Locally Grown: Dennis (DJ) Smith

Interviews with South Dakotans finding success outside their college major by Kyle Hallberg.

Images submitted


Growing up in a three generation home, playing football and soccer, and being avidly devoted to Boy Scouts, Dennis (DJ) Smith had a full schedule to keep up with. If that wasn’t enough, Smith ended his senior year with a gold medal at the national FCCLA gathering. By creating and implementing a project called “Doing More Than Writing Love On Your Arms”, based on the pay it forward theory, Smith was able to give some insight on suicide prevention, starting the national program known as Lost and Found, which was later picked up at the University of South Dakota.

Smith went on to join the Peace Corps, which is where things get even more interesting. Smith and I sat down to talk about his life after the FCCLA win, which was as full, if not more, of adventure, accomplishment and discovery.

Kyle Hallberg: After such a diverse high school experience, what did you do when you started college?

DJ Smith: When I first started as USD, I was double majoring in Theatre and Political Science. After finding out I would have had to do two completely separate degrees, I ended up switching to a double major in Political Science and English, which was okay since I was still able to take Shakespeare classes.

KH: At least you got to keep those theatre-esque classes. Is that when you decided peace corps?

DS: Have you ever read Perks of Being A Wallflower? There is one sentence in that book that talks about joining the peace corps – which started my two day binge on researching everything there is to know about the peace corps during my senior year of high school. Then in college, everything I worked on was to move me towards the peace corps.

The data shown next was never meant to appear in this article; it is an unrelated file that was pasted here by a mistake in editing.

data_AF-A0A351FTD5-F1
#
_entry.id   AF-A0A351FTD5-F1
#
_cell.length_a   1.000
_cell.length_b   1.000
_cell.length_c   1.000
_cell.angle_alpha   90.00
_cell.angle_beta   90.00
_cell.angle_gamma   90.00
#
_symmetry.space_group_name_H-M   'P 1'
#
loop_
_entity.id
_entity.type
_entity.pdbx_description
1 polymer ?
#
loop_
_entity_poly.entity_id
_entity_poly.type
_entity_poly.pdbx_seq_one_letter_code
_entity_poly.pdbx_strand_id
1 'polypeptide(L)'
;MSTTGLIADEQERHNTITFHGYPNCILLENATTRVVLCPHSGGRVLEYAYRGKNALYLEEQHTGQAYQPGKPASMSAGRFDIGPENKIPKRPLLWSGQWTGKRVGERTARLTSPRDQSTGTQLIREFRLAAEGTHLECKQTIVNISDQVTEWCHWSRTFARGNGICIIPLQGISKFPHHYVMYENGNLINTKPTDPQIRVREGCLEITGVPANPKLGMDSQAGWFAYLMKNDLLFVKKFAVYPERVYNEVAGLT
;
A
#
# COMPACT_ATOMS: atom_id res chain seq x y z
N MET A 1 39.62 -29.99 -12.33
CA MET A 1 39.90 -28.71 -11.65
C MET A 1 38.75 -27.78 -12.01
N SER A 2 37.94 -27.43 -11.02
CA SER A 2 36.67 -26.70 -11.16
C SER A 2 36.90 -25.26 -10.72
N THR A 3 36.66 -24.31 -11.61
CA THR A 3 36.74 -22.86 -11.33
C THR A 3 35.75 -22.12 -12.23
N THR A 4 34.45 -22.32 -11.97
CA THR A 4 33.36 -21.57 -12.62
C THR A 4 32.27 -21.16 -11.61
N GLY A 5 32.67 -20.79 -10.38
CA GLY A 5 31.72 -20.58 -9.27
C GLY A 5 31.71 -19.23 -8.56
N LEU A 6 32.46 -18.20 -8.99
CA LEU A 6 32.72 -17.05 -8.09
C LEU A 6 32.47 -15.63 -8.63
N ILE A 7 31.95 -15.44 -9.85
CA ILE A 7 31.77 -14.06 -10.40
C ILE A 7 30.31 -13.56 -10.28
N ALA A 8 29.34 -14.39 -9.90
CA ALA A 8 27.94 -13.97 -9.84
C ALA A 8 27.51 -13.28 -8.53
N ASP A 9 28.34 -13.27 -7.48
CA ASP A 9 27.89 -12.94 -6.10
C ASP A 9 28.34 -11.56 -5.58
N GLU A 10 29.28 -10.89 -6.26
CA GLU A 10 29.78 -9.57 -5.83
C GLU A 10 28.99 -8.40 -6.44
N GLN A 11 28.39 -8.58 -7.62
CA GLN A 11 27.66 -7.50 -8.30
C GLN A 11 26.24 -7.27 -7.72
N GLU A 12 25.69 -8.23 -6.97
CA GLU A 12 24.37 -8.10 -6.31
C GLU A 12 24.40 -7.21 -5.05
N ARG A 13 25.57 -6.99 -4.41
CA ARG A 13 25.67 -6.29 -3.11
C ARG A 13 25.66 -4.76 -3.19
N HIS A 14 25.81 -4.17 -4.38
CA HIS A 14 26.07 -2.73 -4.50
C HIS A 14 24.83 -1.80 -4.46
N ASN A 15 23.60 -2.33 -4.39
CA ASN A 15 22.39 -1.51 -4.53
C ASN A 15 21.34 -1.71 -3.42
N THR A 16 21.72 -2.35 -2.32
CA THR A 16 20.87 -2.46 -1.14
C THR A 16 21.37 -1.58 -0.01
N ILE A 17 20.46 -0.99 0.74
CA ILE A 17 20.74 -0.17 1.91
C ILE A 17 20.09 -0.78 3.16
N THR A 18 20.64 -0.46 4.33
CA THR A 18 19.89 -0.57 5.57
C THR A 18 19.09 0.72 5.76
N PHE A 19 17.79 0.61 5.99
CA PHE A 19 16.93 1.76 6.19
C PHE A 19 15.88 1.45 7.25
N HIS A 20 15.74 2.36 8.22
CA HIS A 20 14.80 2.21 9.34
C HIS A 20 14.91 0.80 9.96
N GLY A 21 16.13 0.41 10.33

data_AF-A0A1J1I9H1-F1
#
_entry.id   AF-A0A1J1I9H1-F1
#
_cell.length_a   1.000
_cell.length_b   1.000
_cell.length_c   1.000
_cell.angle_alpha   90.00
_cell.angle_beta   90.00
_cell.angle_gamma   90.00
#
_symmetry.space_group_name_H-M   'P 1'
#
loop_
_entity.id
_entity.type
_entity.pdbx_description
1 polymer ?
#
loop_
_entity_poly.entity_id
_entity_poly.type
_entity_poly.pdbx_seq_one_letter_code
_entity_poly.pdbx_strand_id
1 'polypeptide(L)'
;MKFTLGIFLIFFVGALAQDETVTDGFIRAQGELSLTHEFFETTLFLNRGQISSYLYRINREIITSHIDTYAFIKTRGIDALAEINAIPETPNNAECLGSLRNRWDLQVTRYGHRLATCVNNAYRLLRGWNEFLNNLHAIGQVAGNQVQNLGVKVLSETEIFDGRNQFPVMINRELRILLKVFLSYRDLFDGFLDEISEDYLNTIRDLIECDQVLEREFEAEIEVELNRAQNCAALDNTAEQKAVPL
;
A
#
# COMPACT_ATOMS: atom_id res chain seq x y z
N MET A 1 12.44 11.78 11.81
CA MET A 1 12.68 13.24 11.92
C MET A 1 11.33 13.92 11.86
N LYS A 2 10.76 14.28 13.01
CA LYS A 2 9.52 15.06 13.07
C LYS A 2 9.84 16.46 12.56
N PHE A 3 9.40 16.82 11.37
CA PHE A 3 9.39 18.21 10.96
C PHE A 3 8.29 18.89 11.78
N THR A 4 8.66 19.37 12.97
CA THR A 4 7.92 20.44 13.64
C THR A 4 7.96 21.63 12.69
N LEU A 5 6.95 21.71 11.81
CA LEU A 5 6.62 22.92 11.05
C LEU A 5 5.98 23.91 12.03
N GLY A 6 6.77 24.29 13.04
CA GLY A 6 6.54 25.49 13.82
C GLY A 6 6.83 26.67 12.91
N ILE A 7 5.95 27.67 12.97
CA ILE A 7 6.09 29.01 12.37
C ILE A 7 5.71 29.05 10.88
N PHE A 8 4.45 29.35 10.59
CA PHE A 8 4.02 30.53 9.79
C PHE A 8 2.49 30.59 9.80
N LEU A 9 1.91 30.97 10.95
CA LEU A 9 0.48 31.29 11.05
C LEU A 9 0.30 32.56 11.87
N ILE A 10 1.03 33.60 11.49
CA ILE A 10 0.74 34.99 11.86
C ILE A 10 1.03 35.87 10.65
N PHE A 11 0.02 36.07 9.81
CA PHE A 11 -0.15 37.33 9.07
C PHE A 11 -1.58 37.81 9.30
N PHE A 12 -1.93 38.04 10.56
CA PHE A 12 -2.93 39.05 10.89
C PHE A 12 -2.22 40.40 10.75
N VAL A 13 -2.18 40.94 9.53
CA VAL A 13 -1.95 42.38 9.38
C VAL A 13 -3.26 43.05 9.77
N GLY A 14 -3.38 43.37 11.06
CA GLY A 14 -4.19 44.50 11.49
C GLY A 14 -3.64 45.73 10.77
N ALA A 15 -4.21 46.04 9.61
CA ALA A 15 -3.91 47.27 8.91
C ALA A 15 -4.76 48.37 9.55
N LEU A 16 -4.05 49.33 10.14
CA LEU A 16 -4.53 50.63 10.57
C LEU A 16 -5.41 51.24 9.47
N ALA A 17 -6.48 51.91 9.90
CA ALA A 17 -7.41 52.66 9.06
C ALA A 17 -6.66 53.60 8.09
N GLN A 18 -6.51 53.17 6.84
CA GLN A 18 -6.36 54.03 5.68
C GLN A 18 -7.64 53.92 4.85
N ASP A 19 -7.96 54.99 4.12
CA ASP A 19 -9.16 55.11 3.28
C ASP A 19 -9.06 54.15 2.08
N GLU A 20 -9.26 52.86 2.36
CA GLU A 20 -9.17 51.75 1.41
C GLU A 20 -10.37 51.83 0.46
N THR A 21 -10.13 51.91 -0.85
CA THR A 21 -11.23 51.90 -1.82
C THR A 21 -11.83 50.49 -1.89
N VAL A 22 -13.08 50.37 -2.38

KH: So, your interest was sparked in high school, and grew in college?

DS: Actually, one of my buddies had just gotten back from a tour in Afghanistan and we went out for drinks, which is where he convinced me to get up and actually do it, to join the Peace Corps. So I went home at 2 a.m. to apply, got an interview a week later, got nominated, and was appointed to Peace Corps Tanzania. I was extra excited because the Tanzania post was actually the first Peace Corps post set up by JFK.

KH: Wow, that’s a lot to happen while still going to school. What happens after you get appointed?

DS: After I was appointed, I spent the next year going to medical checkups and doing everything you need to do to go to a different country. In February of 2015, we flew to Pennsylvania, then to Tanzania where we met everyone and started our journey. Then, the next 8 weeks were spent doing language training, where we were immersed in Swahili.

About 5 weeks in, we were given our assignments and I was placed in the southern village of Mtambula. I was in the Health/Agriculture cohort, so I worked for three months to get to know my village and not early terminate. My friends, we were called the Goon Squad, spent every weekend together, and we were on our way to a lake when one of our friends was killed in a car accident. The Goon Squad was hit hard, and we were somewhat expected to early terminate, which none of us did. We wanted to do it for Robby.”